Report from Papua New Guinea

Published May 22, 2019


                                                                               (International Substance Abuse and Addiction Coalition)

Diary of a Missionary to Asia.

April 2019

Greetings from Malaysia                                                          


June & I have just returned from speaking at a conference in Papua New Guinea (PNG). PNG, like many other places around the world, has a growing drug & alcohol problem, particularly among the youth of that country. We had been asked to address the issue of what could be done in the community, particularly through the churches of PNG.


The conference was actually a mission’s focussed conference and some thought it a bit strange that there was a stream on addictions. I explained to them that addicts are an unreached people group. They are a sub culture in every culture. We found the people of PNG to be incredibly friendly and wanting to find answers to this problem. At our seminar we had 500 people in attendance including church leaders and people already working in the community as counsellors. I was informed sometime after I finished speaking that there were some women in tears the whole time I was speaking. They told me that they had been waiting for years to hear someone raise this issue and challenge the church to respond.

Some church leaders went so far as to say that they realised that their churches had become little more than a social club. That they had neglected to see their responsibility to reach out into the community. They had failed to see that they could do anything about such a big problem.

A large part of my message was to encourage them that by establishing support groups for addicts and especially support groups for the families living with addiction they will find that they are playing a big part in responding to the problem. After all our churches have families in them living with the trauma of addiction. There are people sitting in churches addicted to not just drugs or alcohol, but pornography as well. To think otherwise is to have our head in the sand.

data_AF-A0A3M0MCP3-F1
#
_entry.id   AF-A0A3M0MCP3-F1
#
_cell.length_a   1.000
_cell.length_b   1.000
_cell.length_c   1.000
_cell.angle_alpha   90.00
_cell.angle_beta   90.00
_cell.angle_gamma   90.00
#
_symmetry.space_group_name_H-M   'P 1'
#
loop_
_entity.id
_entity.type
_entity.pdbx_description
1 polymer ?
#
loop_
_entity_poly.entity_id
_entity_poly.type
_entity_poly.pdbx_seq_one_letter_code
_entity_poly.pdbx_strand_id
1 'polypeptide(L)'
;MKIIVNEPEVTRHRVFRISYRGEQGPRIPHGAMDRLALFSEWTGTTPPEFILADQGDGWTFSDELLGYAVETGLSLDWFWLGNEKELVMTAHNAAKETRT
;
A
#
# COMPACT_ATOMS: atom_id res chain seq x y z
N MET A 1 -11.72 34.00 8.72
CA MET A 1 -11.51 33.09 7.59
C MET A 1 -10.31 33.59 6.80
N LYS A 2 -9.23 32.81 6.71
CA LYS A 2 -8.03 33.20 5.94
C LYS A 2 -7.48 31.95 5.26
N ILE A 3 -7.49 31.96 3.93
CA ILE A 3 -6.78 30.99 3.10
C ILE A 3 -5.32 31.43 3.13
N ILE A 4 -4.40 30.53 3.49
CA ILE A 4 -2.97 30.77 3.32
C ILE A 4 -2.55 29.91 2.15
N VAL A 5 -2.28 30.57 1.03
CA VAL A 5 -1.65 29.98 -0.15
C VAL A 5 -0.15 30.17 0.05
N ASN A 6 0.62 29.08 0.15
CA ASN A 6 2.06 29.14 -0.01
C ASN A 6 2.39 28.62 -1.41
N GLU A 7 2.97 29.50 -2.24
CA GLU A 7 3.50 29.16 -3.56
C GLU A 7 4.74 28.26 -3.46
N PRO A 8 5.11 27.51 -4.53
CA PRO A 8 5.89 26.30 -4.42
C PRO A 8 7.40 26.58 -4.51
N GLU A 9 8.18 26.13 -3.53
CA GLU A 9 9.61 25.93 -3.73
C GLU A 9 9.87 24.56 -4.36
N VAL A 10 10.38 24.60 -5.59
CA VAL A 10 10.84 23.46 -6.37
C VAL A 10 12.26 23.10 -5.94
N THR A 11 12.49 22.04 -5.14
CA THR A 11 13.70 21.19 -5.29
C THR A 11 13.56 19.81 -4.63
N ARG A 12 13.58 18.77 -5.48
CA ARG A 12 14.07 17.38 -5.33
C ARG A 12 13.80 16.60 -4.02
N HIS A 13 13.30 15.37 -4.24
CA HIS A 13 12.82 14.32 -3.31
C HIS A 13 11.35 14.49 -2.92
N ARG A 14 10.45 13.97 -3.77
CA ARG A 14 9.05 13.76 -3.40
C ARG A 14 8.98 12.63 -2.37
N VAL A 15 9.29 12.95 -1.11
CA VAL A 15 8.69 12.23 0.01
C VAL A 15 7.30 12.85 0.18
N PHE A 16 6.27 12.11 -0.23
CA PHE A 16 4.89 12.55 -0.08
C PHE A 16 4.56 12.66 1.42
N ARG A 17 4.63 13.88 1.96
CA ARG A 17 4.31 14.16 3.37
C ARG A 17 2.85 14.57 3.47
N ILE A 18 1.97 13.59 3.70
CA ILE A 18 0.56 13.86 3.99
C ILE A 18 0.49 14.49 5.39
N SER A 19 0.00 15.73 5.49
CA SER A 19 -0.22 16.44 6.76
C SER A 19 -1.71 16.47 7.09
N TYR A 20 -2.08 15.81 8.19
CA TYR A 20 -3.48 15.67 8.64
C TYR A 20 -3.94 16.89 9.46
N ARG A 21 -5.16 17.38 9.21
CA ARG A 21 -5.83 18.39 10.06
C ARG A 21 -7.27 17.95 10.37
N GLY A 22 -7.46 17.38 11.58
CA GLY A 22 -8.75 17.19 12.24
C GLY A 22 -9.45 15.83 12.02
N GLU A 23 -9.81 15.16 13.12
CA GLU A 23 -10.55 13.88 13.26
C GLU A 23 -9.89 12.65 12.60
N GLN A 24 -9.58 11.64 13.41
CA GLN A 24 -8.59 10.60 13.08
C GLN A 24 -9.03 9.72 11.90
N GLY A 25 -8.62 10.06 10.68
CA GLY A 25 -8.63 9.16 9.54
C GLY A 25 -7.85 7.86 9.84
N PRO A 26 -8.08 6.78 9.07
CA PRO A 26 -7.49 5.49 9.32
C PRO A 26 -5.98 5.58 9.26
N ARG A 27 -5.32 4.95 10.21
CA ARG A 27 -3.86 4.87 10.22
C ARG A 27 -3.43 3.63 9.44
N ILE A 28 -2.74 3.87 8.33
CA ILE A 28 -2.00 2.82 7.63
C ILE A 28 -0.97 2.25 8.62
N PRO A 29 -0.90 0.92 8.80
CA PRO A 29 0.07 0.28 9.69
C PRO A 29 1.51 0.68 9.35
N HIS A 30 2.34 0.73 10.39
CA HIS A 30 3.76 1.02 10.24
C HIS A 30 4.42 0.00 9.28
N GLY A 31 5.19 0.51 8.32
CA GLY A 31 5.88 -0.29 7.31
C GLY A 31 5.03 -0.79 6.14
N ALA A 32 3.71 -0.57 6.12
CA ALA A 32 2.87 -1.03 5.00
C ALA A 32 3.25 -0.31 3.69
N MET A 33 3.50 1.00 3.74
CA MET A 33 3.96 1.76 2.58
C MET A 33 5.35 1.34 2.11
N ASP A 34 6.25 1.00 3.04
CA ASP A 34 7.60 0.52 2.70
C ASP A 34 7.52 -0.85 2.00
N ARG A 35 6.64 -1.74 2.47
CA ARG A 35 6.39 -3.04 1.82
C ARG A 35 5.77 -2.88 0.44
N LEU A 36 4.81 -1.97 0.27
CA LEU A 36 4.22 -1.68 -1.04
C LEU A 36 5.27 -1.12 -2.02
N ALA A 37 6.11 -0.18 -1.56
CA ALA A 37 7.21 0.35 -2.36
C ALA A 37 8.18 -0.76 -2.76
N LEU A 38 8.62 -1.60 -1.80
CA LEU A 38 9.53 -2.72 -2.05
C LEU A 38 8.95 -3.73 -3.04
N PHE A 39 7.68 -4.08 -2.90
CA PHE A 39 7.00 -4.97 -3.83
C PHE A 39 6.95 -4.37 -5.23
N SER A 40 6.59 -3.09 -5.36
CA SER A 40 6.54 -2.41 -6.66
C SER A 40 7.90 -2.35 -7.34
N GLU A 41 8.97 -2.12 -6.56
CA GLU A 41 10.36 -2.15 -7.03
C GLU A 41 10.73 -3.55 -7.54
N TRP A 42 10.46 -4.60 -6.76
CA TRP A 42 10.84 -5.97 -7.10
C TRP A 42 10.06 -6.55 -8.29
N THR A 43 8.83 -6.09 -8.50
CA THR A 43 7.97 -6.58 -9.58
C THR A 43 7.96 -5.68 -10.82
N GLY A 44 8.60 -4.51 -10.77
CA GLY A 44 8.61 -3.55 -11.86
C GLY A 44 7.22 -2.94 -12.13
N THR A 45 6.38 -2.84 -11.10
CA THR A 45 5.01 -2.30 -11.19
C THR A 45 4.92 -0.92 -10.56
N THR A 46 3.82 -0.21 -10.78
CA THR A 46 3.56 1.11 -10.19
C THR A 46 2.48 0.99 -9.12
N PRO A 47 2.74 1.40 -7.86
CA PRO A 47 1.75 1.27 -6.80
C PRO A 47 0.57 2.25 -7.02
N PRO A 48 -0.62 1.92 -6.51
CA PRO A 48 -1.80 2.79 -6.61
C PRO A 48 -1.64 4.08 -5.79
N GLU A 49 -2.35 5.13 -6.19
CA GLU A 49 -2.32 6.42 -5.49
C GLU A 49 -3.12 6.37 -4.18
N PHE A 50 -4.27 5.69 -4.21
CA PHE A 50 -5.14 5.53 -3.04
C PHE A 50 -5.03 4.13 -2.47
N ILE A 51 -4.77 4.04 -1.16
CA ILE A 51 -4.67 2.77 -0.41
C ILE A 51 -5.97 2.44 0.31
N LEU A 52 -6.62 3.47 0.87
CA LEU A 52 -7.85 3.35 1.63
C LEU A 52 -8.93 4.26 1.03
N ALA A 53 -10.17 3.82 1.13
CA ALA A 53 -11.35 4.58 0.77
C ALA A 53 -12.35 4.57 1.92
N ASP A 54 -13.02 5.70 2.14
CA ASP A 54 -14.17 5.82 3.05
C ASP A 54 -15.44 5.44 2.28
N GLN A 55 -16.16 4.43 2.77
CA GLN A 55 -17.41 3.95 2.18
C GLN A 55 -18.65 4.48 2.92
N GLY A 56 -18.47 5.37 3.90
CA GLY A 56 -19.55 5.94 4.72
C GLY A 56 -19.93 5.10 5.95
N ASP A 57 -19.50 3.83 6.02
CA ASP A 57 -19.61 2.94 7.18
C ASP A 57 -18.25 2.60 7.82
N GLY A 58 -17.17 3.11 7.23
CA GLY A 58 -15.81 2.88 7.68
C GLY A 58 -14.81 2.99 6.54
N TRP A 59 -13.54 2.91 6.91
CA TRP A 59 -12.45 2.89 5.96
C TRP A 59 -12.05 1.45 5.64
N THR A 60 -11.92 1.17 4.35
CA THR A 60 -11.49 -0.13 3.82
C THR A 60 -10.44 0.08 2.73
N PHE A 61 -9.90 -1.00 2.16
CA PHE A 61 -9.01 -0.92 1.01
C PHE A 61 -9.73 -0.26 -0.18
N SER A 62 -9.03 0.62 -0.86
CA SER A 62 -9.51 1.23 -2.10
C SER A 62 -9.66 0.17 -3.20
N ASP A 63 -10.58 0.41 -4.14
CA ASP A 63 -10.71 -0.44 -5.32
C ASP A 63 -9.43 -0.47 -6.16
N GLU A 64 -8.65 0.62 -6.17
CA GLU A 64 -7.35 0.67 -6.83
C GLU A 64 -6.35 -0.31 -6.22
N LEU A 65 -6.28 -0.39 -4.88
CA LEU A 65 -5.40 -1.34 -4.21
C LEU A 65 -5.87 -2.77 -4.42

In response to our message we were approached by numerous people from various parts of the country to return to train others in how to respond. We have asked them to talk together to plan a time that would work for them all. We are excited about this. We believe that God is opening a door for churches to realise they can step into this space and make a difference. At the same time creating a bridge for people to walk through the doors of their church.


One extra highlight was that one of the initiators of this conference was a man from the island of Tonga in the Pacific. He related to us that Tonga has a growing problem with methamphetamine, and the violence that goes hand in hand with that drug. He, along with another Tongan man at the conference was very keen that we make plans to visit Tonga to see what can be done there. We will keep talking with them and see where it leads.

We came home to KL excited about what God had done on this trip and with expectations of what will come out of it in the future. We ask you to pray with us about this.

On the 30th April I leave for similar meetings in Nth East India, Imphal, although this time June will not be travelling with me. I have been asked to speak to church and community leaders there about a growing drug problem in their midst. I will be joined there by a representative of CMS Asia (Church Mission Society). It is always good to work alongside other organisations. Often times our paths cross and we can build relationships that will achieve more than trying to do things on our own.

Once again thank you for your interest in our work. We are very appreciative knowing that we are not doing this on our own.

Warwick & June Murphy

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